Akkadian

If History is written by the winners, then Archaeology tells us how things actually were – unsullied by the duplicitous meaning of the written word. The trowel, it might be said, never lies! But without writing, there would be no archaeological recording, no archaeological science, and of course no archaeological books, journals, newspapers (or Blogs!) for us to share our fascinating discoveries.

But when, where, and how did writing start? Aisling Serrant – (the only one of us able to read ancient Akkadian and Sumerian!) – introduces us to the five earliest written languages.

The Origins of Writing

Next time you’re filling in a form or queuing for a permit, it’s worth bearing in mind that without bureaucracy, we would never have invented writing and crucially made the resulting leap in our cultural evolution. The origins of ‘proto-writing’ can be traced back to Ice Age cave art, but full writing – defined as ‘a system of graphic symbols that can be used to convey any and all thought’ – is the invention of a complex, bureaucratic civilisation.

Theories abound on the origins of writing, but the first step on the journey is thought to have begun in the 9th millennium BC with the beginnings of agriculture. Numerous clay tokens have been found on excavations in the Middle East dating to this period, and these have been interpreted as counting devices, so that one coin shaped token carved with a cross would equal one sheep.  By the second half of the 4th millennium BC these tokens were enveloped by clay ‘bullae’ (Latin for ‘bubble’) on which symbols representing the contents were scratched. As trade developed, clay tokens and bullae were eventually replaced with flat tablets, as three-dimensional tokens began to be substituted by two-dimensional symbols.

This system was simplified and refined so that by around 3000 BC, the scribes abbreviated their scratching’s to bring not just the idea of an object to mind, but also the sounds of the words. These could be combined with other elements (which were now letters) and abstract words could be spelled, even if it was not something you could visually represent as a symbol. With so much to record – battles, deeds, directions, payments – writing soon began to be used in a multitude of different ways… and the rest, as they say, is history!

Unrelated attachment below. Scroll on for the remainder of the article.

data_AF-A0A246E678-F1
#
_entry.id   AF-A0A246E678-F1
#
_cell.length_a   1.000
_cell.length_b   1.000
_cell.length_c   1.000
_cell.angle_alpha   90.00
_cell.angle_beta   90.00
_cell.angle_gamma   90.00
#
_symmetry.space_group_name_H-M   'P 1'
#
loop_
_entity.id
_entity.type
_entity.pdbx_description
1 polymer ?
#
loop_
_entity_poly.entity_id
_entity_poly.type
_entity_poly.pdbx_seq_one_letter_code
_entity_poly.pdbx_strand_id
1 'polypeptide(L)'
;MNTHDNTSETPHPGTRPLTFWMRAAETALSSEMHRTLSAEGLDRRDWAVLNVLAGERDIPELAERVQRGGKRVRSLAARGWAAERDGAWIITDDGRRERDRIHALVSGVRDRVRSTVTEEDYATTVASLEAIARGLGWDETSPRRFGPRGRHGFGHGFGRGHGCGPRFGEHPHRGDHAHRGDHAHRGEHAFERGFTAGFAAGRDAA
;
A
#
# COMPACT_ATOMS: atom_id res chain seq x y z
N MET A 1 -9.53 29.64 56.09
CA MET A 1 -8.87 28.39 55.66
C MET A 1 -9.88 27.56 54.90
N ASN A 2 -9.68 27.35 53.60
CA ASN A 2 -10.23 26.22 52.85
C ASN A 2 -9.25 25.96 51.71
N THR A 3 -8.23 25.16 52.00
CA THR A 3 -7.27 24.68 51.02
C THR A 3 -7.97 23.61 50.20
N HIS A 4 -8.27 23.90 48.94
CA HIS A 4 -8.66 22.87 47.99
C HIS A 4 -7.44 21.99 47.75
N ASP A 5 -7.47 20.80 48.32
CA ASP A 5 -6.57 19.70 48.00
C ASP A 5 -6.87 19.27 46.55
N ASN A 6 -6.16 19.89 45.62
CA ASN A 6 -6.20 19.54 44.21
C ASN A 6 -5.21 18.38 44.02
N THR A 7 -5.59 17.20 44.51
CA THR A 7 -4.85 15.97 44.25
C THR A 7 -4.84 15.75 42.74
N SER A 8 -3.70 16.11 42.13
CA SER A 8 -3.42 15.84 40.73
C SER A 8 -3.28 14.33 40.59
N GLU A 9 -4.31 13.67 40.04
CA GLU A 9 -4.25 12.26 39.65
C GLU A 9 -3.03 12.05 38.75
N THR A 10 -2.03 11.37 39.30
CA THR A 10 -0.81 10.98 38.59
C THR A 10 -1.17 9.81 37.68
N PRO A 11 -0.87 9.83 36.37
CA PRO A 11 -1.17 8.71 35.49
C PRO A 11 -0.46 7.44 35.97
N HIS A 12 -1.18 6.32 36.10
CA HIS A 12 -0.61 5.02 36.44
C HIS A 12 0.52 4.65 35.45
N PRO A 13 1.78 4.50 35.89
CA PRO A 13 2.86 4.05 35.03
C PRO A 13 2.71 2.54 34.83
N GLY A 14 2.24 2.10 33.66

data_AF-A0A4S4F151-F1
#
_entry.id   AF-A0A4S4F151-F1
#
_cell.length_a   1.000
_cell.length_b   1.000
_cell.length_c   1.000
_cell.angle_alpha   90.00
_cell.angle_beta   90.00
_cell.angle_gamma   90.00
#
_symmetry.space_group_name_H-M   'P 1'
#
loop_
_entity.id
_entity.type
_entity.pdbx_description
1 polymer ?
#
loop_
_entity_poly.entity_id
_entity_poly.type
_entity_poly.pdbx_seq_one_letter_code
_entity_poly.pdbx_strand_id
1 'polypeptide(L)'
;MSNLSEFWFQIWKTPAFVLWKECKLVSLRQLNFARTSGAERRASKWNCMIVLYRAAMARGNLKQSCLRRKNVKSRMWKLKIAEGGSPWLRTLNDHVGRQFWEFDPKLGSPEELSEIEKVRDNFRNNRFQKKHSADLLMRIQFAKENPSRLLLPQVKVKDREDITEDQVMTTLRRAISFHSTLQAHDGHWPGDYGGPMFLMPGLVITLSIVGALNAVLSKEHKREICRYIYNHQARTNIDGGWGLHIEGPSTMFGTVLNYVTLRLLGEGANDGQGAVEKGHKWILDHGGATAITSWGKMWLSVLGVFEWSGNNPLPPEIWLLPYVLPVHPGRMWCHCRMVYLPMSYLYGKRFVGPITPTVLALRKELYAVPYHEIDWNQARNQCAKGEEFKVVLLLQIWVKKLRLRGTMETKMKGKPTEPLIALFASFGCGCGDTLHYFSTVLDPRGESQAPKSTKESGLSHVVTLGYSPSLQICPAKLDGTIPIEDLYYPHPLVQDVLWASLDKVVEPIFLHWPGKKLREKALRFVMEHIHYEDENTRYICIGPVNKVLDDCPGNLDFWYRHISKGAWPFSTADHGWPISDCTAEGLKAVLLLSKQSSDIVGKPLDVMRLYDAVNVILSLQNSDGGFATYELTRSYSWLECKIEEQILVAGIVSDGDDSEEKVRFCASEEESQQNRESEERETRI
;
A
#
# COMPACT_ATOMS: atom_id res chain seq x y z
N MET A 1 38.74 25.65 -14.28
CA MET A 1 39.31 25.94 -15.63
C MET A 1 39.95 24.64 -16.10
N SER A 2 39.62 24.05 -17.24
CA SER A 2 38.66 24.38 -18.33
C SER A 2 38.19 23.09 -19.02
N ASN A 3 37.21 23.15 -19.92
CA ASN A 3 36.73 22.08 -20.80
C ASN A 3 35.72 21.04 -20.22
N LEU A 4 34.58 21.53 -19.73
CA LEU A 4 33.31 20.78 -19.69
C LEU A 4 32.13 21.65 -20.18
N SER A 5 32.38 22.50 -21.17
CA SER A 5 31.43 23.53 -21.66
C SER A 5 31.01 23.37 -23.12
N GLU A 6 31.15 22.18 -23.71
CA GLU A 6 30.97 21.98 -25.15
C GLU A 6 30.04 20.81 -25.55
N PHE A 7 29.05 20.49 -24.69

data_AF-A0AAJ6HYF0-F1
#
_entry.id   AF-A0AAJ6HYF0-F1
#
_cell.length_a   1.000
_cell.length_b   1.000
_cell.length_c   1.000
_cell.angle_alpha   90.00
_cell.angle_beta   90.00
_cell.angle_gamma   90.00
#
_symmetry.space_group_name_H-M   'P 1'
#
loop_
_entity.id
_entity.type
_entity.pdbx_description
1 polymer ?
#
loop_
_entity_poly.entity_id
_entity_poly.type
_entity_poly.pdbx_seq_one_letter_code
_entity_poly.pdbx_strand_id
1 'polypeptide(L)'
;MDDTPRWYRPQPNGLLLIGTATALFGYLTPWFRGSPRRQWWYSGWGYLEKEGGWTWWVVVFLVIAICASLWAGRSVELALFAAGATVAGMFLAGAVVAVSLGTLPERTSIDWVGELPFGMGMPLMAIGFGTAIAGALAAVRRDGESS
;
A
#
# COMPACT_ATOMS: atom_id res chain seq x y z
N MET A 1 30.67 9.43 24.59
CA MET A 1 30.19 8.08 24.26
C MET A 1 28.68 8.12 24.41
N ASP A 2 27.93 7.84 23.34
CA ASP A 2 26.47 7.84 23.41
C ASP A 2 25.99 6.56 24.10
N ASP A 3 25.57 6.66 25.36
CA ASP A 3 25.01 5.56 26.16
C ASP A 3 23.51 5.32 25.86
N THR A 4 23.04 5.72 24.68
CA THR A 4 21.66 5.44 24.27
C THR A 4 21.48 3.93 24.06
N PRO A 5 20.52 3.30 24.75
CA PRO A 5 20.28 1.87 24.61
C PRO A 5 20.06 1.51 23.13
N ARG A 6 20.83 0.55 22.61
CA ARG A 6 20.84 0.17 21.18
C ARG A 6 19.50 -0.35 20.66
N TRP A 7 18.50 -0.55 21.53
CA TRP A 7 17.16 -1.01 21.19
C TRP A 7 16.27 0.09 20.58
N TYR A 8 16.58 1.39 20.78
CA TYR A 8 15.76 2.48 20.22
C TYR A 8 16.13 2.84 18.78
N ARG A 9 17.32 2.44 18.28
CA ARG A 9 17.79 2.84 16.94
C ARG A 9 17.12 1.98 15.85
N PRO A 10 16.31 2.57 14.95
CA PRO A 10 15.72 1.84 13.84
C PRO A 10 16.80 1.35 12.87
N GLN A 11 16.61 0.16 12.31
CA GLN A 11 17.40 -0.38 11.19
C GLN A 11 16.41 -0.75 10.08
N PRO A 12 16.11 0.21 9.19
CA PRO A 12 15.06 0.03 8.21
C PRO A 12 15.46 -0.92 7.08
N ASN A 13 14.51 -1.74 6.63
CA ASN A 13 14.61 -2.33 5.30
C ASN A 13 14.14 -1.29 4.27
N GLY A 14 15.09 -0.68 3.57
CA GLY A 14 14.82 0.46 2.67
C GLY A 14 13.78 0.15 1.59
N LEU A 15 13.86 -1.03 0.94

The Five Oldest Written Languages

1. Sumerian

Sumerian

When: c.3400 – 1 AD

Where: Southern Mesopotamia   

Sumerian is the oldest attested written language. It was used by the people of Sumer in Southern Mesopotamia and is an isolate language, which means it’s not related to any other existing language. Sumerian continued to be used in written documents, usually in legal and administrative contexts, well after the spoken language was taken over by Akkadian, the date of which is still debated today.

2. Egyptian Hieroglyphics

Hieroglyphics

When: 3200 BC – 400 AD 

Where: Egypt    

The symbols used in Hieroglyphics represented objects that actually existed in Ancient Egyptian life, with sentences for example composed from symbols for plants, body parts and birds. The key to their translation was the discovery of the Rosetta stone in 1799 (see the main image above) which has the same message inscribed in Hieroglyphics, Egyptian Demotic and Greek.

3.  Akkadian

Akkadian

When: 2500 BC – 1st C AD

Where: Mesopotamia

Akkadian is a Semitic language, which originated in northern Mesopotamia and in time spread to encompass the whole country, finally taking over from Sumerian. The cuneiform script it uses was adapted from Sumerian script, resulting in many borrowed words and lexical merging.  It developed into the lingu franca of the Ancient Near East but began to be replaced by Aramaic in the 8th century BC.

4. Eblaite

Eblaite

When:  c. 2400 BC – 550 BC 

Where: Ebla (modern western Syria)

Eblaite is very similar to Akkadian and also written using cuneiform script. Some scholars believe it may in fact be a dialect of Akkadian, whereas others argue it is a separate ‘sister’ language.  In the past it has sometimes been defined as an archaic Akkadian dialect but is now widely agreed to be a stand-alone member of the East Semitic language group. It is known from 15, 000 tablets found mostly at the city of Ebla.

5. Elamite

Elamite

When: ca. 2300 – 331 BC

Where: Modern day Iran

Elamite is also an isolate language and its interpretation is difficult. Its script was adapted from Akkadian and contains 130 symbols, fewer than most other scripts. The Elamite kingdom was the most influential kingdom to the east of Mesopotamia, until the arrival of the First Persian Empire in the 5th century BC.

So now you’re all experts, can anyone translate (or guess!) this well known Hieroglyphic? Write your answers below… (extra marks for cuneiform, but English perfectly acceptable!)

Mystery Hieroglyphics

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Aisling Serrant

An all round museum educator and enthusiast, Aisling's the Family Festival Coordinator at the Museum of London Docklands.

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